Nell Carter Nell Carter (September 13, 1948 – January 23, 2003) was an American singer and actress. She won a Tony Award for her performance in the Broadway musical Ain’t Misbehavin’, as well as an Emmy Award for her reprisal of the role on television. From 1981 to 1987, Carter starred in the NBC sitcom Gimme a Break! She received two Emmy and two Golden Globe nominations for her work on the series.

Born Nell Ruth Hardy in Birmingham, Alabama, she was one of nine children born to Horace and Edna Mae Hardy. When she was two years old, her father was electrocuted after he stepped on a live power line. As a child, she began singing on a local gospel radio show and was also a member of the church choir. At the age of 16, she was raped at gunpoint and became pregnant. She gave birth to a daughter, Tracey, who was raised by her aunt. At the age of 19, she left Birmingham and moved to New York City, changing her surname to Carter. While living in New York City, Carter sang in coffee shops before landing her first role on Broadway in 1971.

In 1978, Carter was cast as Effie White in the Broadway musical Dreamgirls, but departed the production during development to take a television role on the ABC soap opera, Ryan’s Hope in New York. When Dreamgirls premiered in late 1981, Jennifer Holliday had taken over the lead. Carter also took a role on television’s The Misadventures of Sheriff Lobo, before landing a steady role as Nell Harper on the sitcom Gimme a Break!, for which she earned Golden Globe and Emmy Award nominations. The popular show lasted from 1981-87. Within a couple of a years after Gimme a Break!, Carter pursued new TV series projects. In 1989, she shot a pilot for NBC entitled Morton’s By the Bay, which aired as a one-time special in May of that year. In this, Carter played the assistant to the owner of a banquet hall, and the focus was on her and her mad-cap staff. Alan Ruck and Jann Karam co-starred. NBC passed on the series development. In October of that same year, she performed “The Star-Spangled Banner” prior to Game 4 of the 1989 World Series, played at Candlestick Park in San Francisco, California.

The following year, Carter starred in the CBS comedy You Take the Kids. The series, which was perceived as being the black answer to Roseanne due to its portrayal of a working-class African-American family, featured Carter as a crass, no-nonsense mother and wife. You Take the Kids faced poor ratings and reviews, and had a month’s run from December 1990 to January 1991. During the early 1990s, Carter appeared in low-budget films, TV specials, and on game shows such as Match Game ‘90 and To Tell the Truth. She co-starred in Hangin’ with Mr. Cooper from 1993-95. In the mid-1990s, Carter appeared on Broadway in a revival of Annie as Miss Hannigan. She was very upset when commercials promoting the show used a different actress, Marcia Lewis, a white actress, as Miss Hannigan. The producers claimed that the commercials, which were made during an earlier production, were too costly to reshoot. Carter claimed racism played a part in the decision. “Maybe they don’t want audiences to know Nell Carter is black”, she told the New York Post. However, the ads did mention that Carter was in the show. “It hurts a lot”, Carter told the Post, “I’ve asked them nicely to stop it — it’s insulting to me as a black woman.”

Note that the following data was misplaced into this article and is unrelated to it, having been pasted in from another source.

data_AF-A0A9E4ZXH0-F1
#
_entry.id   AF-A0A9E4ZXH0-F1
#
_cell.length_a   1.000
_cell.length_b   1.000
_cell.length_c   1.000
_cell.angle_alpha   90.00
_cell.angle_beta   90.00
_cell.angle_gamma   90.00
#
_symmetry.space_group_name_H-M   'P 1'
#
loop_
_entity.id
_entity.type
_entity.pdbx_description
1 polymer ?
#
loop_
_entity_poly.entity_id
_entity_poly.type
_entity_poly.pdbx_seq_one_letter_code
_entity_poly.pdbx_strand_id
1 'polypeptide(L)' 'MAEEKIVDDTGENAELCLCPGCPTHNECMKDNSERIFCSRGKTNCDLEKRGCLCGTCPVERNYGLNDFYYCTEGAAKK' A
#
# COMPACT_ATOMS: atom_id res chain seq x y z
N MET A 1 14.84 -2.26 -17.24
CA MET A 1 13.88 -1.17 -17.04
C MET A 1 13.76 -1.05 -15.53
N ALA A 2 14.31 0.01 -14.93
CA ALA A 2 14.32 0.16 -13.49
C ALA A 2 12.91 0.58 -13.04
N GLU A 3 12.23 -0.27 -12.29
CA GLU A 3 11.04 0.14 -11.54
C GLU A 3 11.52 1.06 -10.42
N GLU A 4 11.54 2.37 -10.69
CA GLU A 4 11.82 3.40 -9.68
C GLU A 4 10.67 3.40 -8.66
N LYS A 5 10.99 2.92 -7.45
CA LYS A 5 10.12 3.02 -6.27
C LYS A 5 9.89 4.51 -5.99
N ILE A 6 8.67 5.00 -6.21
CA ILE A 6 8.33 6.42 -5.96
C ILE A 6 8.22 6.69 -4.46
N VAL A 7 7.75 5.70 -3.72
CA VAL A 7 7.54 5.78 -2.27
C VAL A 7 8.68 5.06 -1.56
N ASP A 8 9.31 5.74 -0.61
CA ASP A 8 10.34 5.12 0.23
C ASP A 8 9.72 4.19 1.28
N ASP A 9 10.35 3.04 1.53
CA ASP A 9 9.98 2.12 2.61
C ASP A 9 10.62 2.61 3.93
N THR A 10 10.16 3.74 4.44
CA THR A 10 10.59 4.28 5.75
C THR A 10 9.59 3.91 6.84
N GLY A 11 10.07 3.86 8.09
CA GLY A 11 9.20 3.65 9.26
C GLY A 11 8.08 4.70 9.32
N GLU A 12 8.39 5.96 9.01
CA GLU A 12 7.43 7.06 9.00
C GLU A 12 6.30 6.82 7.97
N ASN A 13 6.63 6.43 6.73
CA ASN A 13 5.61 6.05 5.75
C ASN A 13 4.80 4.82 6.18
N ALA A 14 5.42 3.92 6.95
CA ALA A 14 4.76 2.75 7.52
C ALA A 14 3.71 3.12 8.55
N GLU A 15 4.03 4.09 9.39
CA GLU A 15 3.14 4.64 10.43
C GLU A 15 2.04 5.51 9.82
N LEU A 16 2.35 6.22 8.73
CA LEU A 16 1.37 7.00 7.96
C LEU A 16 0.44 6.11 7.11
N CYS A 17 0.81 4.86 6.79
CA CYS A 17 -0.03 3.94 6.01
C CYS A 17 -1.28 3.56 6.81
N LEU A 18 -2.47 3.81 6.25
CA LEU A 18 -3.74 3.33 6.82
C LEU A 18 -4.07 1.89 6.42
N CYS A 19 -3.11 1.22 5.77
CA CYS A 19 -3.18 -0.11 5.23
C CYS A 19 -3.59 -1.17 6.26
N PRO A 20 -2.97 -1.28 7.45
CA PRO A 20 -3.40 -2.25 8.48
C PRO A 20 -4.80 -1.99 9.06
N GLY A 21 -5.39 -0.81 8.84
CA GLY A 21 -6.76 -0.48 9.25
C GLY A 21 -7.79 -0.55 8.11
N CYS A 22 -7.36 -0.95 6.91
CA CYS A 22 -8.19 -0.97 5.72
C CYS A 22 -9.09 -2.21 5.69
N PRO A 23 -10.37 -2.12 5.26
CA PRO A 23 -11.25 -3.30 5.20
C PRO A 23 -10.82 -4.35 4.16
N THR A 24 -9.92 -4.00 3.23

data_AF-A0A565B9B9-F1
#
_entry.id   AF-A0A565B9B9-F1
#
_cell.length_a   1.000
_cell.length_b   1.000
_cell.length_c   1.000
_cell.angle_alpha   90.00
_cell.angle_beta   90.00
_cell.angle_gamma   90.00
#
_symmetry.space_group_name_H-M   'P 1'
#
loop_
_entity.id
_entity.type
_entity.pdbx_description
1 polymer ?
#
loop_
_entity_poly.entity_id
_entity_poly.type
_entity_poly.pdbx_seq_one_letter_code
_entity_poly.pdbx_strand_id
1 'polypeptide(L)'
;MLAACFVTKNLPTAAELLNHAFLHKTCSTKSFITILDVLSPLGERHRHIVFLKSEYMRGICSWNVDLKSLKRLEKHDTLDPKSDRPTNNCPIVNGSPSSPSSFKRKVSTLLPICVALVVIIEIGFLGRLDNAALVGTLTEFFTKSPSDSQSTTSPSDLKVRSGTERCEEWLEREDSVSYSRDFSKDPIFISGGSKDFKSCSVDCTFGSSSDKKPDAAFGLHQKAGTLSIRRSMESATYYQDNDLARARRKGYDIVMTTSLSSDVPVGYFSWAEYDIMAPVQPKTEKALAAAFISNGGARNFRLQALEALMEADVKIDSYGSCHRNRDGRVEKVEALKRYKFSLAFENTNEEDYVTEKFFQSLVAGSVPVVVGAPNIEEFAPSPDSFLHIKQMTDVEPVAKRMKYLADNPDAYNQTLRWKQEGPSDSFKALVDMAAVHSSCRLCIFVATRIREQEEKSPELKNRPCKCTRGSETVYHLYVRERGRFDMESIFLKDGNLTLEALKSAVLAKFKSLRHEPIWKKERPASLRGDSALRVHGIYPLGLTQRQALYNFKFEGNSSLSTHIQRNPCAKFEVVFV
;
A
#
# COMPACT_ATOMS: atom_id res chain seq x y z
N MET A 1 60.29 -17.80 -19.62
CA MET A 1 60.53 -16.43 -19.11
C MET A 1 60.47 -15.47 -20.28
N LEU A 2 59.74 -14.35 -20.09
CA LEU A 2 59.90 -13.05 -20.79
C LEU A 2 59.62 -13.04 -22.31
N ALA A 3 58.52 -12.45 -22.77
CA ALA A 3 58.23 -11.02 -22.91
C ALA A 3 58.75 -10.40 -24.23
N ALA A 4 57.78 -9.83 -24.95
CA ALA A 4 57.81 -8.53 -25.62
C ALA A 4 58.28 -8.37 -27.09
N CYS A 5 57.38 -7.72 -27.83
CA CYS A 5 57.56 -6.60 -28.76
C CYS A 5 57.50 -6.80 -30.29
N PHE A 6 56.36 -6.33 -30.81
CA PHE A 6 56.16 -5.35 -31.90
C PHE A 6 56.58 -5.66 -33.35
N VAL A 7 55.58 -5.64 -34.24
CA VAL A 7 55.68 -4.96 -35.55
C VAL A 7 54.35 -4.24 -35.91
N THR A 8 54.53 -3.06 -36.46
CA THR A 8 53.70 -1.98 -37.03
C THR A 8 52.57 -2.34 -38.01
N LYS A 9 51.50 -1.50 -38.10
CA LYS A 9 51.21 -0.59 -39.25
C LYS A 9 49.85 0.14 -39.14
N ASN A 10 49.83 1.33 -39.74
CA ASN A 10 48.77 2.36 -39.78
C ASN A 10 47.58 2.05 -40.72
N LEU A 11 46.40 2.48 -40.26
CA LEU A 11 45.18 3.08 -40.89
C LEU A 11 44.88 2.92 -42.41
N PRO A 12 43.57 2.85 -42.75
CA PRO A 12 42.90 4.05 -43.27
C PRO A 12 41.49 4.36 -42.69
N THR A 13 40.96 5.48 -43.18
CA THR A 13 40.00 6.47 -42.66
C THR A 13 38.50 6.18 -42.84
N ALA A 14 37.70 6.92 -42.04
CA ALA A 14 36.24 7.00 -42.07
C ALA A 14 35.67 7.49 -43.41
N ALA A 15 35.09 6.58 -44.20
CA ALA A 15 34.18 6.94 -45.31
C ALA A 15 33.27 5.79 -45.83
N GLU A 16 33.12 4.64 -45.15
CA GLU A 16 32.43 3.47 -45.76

Carter was later replaced by Sally Struthers. In 2001, she appeared as a special guest star on the pilot episode of the new WB show Reba and continued with the show, making three appearances in season one. The following year, Carter made two appearances on Ally McBeal. The following year had her rehearsing for a production of Raisin, a stage musical of A Raisin in the Sun in Long Beach, California, and filming a movie, Swing. Carter’s final onscreen appearances was in the comedy film Back by Midnight. It was released in 2005, two years after her death. Read the Ubuntu Biography Project article at


In a more specifically Jewish vein, I also found a duet of “Maoz Tzur” she sang with Jay Levy, but since it doesn’t feature her prominently for the first two minutes, I’m including a link instead of the video.


CultureTHEATER *Vintage* African American Theater (1970s-1990s)

  1. Janet League and actress/playwright Ntozake Shange - for colored girls who have considered suicide/when the rainbow is enuf” (1977).
  2. Alfre Woodward & Lyn Whitfield ® - for colored girls who have considered suicide / when the rainbow is enuf ”
  3. Denzel Washington - “When The Chickens Come Home To Roost (1981) **
  4. Armelia McQueen, Nell Carter, and Charlayne Woodard - Ain’t Misbehavin’(1978)
  5. Savion Glover & Gregory Hines - Jelly’s Last Jam (1992)

** Note: Before Spike’s film, ten years earlier Denzel first portrayed Malcolm X in this well-received theater production.


At 2:10, Bea Arthur sings Not While I’m Around and I have an orgasm.